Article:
ON INTELLIGENCE: How a New Understanding of the Brain Will Lead to the Creation of Truly Intelligent Machines

Jeff Hawkins, Author, Jeff Hawkins, Author, Sandra Blakeslee, With with Sandra Blakeslee. Times $25 (272p) ISBN 978-0-8050-7456-7

Hawkins designed the technical innovations that make handheld computers like the Palm Pilot ubiquitous. But he also has a lifelong passion for the mysteries of the brain, and he's convinced that artificial intelligence theorists are misguided in focusing on the limits of computational power rather than on the nature of human thought. He "pops the hood" of the neocortex and carefully articulates a theory of consciousness and intelligence that offers radical options for future researchers. "[T]he ability to make predictions about the future... is the crux of intelligence," he argues. The predictions are based on accumulated memories, and Hawkins suggests that humanoid robotics, the attempt to build robots with humanlike bodies, will create machines that are more expensive and impractical than machines reproducing genuinely human-level processes such as complex-pattern analysis, which can be applied to speech recognition, weather analysis and smart cars. Hawkins presents his ideas, with help from New York Times science writer Blakeslee, in chatty, easy-to-grasp language that still respects the brain's technical complexity. He fully anticipates—even welcomes—the controversy he may provoke within the scientific community and admits that he might be wrong, even as he offers a checklist of potential discoveries that could prove him right. His engaging speculations are sure to win fans of authors like Steven Johnson and Daniel Dennett. Agent, Jim Levine. (Oct. 3)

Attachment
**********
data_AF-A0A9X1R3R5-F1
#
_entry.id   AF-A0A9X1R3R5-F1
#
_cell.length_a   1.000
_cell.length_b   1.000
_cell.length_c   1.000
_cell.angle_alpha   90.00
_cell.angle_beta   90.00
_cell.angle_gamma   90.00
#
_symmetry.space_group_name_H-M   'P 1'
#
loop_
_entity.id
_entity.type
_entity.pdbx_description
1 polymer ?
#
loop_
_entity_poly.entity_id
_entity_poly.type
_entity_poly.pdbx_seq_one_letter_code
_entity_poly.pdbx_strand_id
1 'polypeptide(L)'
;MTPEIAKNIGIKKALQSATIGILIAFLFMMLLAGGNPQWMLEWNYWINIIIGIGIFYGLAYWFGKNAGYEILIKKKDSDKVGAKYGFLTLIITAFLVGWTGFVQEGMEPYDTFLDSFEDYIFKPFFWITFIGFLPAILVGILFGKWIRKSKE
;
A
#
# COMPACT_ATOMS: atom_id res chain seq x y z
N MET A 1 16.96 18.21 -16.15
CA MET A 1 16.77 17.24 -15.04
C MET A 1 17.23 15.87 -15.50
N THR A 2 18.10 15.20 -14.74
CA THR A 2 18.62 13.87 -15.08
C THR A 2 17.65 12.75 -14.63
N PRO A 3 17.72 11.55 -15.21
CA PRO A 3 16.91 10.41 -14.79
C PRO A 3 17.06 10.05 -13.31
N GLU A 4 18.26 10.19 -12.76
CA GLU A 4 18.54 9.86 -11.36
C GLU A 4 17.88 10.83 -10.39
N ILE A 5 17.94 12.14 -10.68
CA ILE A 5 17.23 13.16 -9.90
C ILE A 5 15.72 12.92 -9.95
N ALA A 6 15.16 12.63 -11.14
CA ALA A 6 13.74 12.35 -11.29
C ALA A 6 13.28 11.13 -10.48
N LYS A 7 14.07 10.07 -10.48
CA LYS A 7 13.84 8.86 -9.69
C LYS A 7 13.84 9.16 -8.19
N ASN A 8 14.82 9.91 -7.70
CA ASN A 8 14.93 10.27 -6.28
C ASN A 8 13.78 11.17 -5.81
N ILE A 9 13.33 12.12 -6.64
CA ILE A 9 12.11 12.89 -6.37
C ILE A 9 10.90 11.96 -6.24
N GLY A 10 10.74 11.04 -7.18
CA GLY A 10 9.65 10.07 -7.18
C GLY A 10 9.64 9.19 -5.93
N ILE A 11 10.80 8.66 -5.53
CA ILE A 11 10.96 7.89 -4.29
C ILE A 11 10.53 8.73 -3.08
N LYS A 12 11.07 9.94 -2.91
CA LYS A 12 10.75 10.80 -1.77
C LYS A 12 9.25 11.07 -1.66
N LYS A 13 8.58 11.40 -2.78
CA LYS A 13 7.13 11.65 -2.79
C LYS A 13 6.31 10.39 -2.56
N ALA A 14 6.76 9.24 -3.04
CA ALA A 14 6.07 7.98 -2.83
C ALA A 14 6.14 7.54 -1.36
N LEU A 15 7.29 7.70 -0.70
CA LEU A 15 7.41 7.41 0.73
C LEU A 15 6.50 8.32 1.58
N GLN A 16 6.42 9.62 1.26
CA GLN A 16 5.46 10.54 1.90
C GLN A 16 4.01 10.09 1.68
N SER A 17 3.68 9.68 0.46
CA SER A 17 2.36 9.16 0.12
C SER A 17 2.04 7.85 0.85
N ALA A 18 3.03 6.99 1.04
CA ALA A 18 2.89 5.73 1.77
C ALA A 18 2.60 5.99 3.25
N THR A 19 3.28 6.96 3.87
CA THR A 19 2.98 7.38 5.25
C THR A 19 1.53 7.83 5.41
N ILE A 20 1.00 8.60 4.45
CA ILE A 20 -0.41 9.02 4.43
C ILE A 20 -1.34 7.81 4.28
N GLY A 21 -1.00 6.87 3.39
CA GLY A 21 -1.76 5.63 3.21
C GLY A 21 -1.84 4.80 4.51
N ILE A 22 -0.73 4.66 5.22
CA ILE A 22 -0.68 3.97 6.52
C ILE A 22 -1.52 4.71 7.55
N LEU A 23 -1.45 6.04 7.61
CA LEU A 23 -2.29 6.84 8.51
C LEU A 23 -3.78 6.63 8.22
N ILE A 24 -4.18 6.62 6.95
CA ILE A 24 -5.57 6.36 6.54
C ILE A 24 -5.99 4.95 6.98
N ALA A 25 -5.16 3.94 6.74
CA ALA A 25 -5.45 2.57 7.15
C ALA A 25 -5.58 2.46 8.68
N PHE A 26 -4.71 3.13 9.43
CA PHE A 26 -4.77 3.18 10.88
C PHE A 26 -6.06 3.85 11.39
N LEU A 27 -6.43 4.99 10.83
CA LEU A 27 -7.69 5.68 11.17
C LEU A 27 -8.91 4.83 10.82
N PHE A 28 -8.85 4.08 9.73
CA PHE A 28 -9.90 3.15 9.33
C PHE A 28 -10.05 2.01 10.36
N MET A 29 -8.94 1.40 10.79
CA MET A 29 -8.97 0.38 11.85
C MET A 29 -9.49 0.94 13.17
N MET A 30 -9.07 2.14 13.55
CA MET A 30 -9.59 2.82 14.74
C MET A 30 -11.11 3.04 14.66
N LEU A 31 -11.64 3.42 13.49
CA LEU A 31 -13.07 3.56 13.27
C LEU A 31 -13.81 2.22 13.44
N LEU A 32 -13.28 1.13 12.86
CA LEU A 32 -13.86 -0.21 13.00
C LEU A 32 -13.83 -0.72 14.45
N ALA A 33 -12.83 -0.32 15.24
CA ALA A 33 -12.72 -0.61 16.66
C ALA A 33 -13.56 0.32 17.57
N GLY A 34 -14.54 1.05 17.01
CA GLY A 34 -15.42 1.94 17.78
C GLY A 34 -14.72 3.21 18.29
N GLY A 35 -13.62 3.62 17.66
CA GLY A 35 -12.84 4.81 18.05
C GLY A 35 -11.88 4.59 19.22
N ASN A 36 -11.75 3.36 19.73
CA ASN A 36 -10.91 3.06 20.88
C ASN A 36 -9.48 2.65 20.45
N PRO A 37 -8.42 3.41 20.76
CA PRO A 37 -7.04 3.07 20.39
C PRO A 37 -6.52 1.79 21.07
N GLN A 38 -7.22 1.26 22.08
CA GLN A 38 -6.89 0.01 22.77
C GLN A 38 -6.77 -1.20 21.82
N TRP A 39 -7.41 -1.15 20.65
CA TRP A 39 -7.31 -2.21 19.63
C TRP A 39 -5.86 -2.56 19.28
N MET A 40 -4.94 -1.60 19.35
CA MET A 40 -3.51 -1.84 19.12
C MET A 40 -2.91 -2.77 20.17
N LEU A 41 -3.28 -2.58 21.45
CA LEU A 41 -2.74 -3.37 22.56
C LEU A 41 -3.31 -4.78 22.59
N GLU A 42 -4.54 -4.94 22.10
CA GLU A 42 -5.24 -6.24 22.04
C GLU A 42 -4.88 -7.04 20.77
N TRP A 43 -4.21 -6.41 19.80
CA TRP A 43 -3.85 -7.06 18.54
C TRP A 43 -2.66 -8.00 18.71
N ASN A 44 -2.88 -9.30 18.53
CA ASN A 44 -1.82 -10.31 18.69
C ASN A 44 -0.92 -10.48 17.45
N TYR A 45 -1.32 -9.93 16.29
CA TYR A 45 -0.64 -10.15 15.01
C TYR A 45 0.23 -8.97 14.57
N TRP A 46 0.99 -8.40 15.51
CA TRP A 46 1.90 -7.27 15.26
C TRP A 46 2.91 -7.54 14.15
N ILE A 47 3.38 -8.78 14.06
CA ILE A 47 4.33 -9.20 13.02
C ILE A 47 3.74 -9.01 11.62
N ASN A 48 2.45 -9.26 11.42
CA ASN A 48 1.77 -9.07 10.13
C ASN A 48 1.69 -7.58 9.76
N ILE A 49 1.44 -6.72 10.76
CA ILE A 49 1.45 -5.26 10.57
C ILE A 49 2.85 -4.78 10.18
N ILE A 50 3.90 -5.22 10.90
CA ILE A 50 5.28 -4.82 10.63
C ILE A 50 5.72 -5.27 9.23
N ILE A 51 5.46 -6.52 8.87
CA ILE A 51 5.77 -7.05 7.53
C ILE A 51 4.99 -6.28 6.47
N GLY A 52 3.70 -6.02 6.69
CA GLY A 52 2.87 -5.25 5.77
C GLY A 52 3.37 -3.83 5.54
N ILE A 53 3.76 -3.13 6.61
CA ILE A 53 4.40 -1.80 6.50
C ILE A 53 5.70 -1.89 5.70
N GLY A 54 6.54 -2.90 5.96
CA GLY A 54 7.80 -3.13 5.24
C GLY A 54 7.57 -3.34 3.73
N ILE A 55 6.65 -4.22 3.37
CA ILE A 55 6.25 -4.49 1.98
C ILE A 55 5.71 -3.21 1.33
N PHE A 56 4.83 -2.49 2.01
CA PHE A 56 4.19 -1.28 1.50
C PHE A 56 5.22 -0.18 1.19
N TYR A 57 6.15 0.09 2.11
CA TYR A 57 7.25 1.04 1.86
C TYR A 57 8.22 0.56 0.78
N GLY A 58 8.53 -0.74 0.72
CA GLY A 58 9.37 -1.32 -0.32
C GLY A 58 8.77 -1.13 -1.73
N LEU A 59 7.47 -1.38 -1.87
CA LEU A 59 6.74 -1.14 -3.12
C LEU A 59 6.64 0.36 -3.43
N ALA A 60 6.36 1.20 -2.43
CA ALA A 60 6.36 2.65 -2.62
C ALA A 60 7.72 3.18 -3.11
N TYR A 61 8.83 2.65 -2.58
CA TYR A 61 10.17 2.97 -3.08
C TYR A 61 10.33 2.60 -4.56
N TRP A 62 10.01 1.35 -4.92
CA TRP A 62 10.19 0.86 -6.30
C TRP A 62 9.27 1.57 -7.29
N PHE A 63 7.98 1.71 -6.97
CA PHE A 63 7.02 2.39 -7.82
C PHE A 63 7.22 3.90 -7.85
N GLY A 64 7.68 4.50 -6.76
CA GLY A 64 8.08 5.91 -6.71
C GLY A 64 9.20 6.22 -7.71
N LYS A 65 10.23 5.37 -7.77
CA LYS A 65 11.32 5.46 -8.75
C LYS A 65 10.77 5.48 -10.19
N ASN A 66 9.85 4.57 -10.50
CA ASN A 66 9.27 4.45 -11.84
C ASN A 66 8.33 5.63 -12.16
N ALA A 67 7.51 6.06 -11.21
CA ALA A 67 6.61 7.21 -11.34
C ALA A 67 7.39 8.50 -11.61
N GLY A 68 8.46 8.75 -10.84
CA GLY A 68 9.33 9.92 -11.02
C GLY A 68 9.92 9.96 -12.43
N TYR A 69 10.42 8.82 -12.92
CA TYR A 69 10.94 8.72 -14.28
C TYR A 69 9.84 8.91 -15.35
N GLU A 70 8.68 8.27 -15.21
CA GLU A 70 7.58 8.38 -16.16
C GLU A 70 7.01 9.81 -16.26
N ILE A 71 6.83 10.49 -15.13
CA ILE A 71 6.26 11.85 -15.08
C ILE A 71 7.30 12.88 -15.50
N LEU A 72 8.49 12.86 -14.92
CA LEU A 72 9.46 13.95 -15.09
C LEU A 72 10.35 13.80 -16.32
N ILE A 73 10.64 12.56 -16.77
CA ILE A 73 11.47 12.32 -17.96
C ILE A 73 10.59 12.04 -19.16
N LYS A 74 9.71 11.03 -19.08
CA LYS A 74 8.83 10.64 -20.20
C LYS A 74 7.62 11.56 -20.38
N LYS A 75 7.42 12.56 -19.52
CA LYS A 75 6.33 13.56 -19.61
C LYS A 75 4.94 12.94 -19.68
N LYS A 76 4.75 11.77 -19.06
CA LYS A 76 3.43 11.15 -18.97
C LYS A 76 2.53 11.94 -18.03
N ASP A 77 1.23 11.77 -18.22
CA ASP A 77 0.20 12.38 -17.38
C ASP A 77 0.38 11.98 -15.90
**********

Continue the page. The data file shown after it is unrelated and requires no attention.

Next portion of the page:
Reviewed on: 07/26/2004
Release date: 10/01/2004
Genre: Nonfiction
Peanut Press/Palm Reader - 978-0-312-71234-1
Paperback - 262 pages - 978-0-8050-7853-4
Open Ebook - 272 pages - 978-1-4299-0045-4
Show other formats
Discover what to read next